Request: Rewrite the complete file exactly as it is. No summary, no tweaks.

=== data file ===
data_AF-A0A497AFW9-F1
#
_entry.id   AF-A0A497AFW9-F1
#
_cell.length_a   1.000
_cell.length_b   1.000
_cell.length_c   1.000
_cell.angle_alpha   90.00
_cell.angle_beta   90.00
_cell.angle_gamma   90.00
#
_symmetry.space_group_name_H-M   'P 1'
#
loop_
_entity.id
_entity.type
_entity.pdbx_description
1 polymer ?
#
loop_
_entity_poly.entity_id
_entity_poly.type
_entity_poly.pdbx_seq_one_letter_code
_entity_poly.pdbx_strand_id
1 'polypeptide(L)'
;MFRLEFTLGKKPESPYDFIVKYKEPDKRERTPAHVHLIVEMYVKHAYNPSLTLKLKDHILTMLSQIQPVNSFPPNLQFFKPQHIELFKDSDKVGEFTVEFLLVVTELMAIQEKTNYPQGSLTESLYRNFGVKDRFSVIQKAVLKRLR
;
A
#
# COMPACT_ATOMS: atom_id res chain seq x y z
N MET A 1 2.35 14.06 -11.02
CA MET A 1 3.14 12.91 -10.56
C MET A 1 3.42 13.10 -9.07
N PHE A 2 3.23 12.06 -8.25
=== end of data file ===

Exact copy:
data_AF-A0A497AFW9-F1
#
_entry.id   AF-A0A497AFW9-F1
#
_cell.length_a   1.000
_cell.length_b   1.000
_cell.length_c   1.000
_cell.angle_alpha   90.00
_cell.angle_beta   90.00
_cell.angle_gamma   90.00
#
_symmetry.space_group_name_H-M   'P 1'
#
loop_
_entity.id
_entity.type
_entity.pdbx_description
1 polymer ?
#
loop_
_entity_poly.entity_id
_entity_poly.type
_entity_poly.pdbx_seq_one_letter_code
_entity_poly.pdbx_strand_id
1 'polypeptide(L)'
;MFRLEFTLGKKPESPYDFIVKYKEPDKRERTPAHVHLIVEMYVKHAYNPSLTLKLKDHILTMLSQIQPVNSFPPNLQFFKPQHIELFKDSDKVGEFTVEFLLVVTELMAIQEKTNYPQGSLTESLYRNFGVKDRFSVIQKAVLKRLR
;
A
#
# COMPACT_ATOMS: atom_id res chain seq x y z
N MET A 1 2.35 14.06 -11.02
CA MET A 1 3.14 12.91 -10.56
C MET A 1 3.42 13.10 -9.07
N PHE A 2 3.23 12.06 -8.25